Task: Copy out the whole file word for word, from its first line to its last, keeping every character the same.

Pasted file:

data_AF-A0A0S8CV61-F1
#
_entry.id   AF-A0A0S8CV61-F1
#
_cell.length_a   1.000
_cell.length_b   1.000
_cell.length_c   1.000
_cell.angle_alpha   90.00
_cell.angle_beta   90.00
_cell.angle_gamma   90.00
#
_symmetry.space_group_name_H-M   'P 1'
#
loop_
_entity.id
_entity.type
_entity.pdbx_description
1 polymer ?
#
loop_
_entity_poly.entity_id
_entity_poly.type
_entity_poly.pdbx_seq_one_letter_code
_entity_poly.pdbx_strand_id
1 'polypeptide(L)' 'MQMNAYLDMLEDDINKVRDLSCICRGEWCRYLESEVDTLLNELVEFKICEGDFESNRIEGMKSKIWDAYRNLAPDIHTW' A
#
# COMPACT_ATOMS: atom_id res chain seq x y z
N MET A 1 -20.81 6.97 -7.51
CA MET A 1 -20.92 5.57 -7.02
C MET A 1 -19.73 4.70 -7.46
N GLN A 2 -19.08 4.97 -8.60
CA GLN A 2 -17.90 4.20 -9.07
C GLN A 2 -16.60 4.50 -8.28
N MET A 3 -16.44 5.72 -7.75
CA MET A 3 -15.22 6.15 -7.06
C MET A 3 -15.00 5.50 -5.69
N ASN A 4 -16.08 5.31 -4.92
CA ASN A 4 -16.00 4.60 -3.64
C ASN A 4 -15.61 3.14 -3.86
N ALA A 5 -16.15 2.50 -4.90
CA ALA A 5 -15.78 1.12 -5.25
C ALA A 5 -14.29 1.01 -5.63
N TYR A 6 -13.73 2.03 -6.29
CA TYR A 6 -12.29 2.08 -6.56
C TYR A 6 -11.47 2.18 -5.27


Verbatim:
data_AF-A0A0S8CV61-F1
#
_entry.id   AF-A0A0S8CV61-F1
#
_cell.length_a   1.000
_cell.length_b   1.000
_cell.length_c   1.000
_cell.angle_alpha   90.00
_cell.angle_beta   90.00
_cell.angle_gamma   90.00
#
_symmetry.space_group_name_H-M   'P 1'
#
loop_
_entity.id
_entity.type
_entity.pdbx_description
1 polymer ?
#
loop_
_entity_poly.entity_id
_entity_poly.type
_entity_poly.pdbx_seq_one_letter_code
_entity_poly.pdbx_strand_id
1 'polypeptide(L)' 'MQMNAYLDMLEDDINKVRDLSCICRGEWCRYLESEVDTLLNELVEFKICEGDFESNRIEGMKSKIWDAYRNLAPDIHTW' A
#
# COMPACT_ATOMS: atom_id res chain seq x y z
N MET A 1 -20.81 6.97 -7.51
CA MET A 1 -20.92 5.57 -7.02
C MET A 1 -19.73 4.70 -7.46
N GLN A 2 -19.08 4.97 -8.60
CA GLN A 2 -17.90 4.20 -9.07
C GLN A 2 -16.60 4.50 -8.28
N MET A 3 -16.44 5.72 -7.75
CA MET A 3 -15.22 6.15 -7.06
C MET A 3 -15.00 5.50 -5.69
N ASN A 4 -16.08 5.31 -4.92
CA ASN A 4 -16.00 4.60 -3.64
C ASN A 4 -15.61 3.14 -3.86
N ALA A 5 -16.15 2.50 -4.90
CA ALA A 5 -15.78 1.12 -5.25
C ALA A 5 -14.29 1.01 -5.63
N TYR A 6 -13.73 2.03 -6.29
CA TYR A 6 -12.29 2.08 -6.56
C TYR A 6 -11.47 2.18 -5.27